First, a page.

Skip to comments.Curiosity reaches next destination, spots unexplained Mars light
Posted on 04/07/2014 9:46:24 PM PDT by BenLurkin
NASAs Curiosity rover has reached its next waypoint on its arduous trek towards the base of Mount Sharp in Gale Crater on Mars. According to a Jet Propulsion Laboratory press release, Curiosity traversed the final 98 feet of its journey to an area called the Kimberley on April 2. The Kimberley was selected in early 2013 as a destination for Curiosity to examine rocks that might have been deposited in conditions suitable for life.
Curiosity is situated atop a small rise, providing an excellent vantage point from which the rover can see in context the four different types of rock that intersect at the Kimberley. Ahead lie several weeks of observation, drilling for rock samples, and analysis in the rovers onboard laboratory. Reaching the new waypoint means that Curiosity has traveled 3.8 miles since deploying on Mars in August 2012.
Curiosity will conduct a detailed examination of rocks exposed at the Kimberley. The rover spent the first half of 2013 studying a site known as Yellowknife Bay. Curiosity used its rock-sampling drill for the first time and discovered chemical clues in the rocks that indicate that Yellowknife Bay was once a lakebed environment favorable for microbial life.
Geological clues to past Martian habitability are not the only remarkable findings made by Curiosity. According to Chron.com, on April 7, NASA released a photo showing a strange beam of light emanating from the Martian surface. NASA has yet to issue an official statement on this puzzling discovery, but the image is available on the JPLs Curiosity raw images website.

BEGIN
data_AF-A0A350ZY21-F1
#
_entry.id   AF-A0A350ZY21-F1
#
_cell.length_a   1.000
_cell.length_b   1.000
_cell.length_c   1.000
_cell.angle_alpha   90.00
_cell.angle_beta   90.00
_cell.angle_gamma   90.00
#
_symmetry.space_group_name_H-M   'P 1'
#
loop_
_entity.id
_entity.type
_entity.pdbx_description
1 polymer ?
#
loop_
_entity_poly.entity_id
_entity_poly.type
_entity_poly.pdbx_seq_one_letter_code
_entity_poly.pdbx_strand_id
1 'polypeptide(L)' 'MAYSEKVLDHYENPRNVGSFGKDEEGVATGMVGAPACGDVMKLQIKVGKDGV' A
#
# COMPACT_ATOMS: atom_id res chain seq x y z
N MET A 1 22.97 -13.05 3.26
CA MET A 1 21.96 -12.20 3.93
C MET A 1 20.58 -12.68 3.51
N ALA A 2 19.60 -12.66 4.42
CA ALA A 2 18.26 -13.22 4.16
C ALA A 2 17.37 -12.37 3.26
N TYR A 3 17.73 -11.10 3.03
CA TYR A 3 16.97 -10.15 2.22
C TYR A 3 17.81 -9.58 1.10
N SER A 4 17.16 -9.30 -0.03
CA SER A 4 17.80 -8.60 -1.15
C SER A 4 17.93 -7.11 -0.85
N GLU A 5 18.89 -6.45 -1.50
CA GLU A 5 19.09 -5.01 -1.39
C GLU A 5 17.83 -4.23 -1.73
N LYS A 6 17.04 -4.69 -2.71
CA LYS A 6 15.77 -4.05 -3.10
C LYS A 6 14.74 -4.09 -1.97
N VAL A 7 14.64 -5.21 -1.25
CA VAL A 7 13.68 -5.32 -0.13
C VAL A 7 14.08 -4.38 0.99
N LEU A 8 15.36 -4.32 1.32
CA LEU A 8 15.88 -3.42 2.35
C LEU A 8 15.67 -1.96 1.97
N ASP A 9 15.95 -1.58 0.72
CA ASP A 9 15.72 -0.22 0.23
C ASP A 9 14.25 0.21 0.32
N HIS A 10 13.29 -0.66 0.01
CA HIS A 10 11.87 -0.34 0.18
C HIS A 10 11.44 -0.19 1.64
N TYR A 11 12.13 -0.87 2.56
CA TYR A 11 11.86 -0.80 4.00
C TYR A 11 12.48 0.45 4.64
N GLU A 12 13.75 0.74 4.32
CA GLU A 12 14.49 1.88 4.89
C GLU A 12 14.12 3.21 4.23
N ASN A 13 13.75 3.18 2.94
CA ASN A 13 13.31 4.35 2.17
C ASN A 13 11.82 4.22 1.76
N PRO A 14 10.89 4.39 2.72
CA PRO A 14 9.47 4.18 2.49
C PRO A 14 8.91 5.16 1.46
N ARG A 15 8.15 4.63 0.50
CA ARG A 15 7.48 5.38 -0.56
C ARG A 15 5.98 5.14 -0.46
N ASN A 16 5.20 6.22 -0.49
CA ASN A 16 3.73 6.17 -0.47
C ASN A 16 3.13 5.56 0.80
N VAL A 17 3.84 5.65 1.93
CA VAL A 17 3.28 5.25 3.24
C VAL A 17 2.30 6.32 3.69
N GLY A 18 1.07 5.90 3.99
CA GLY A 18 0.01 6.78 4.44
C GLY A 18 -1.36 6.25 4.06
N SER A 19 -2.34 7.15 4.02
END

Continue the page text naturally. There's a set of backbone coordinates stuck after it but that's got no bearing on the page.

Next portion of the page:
(Excerpt) Read more at thespacereporter.com ...
Burning Man, obviously.
Reflection off a piece of mica?
Doesn’t look like a bad pixel, noise or other electronic artifact to me. There’s almost a “glow” to it, a gradation from white to the gray of the mountains in the background. If it’s a physical formation of some sort it’s either vertical or the light is refracting to create an illusion of verticality.
Wonder what’s forming the haze in the distance, by the way? Just dust?
Sheila Jackson Lee says it’s from the flag we planted there.
Some stagehand taking a smoking break.
Millennials must be running NASA, they are too young to remember the old rip away pull tab on beer cans, and how the aluminum could reflect the light like that.
Sheesh, don’t they know anything?
It’s Martian bigfoot.
I’m going with alien smokestack. They probably thought we’d left and decided to grill some steaks in their underground bunker...
It’s the Russians.
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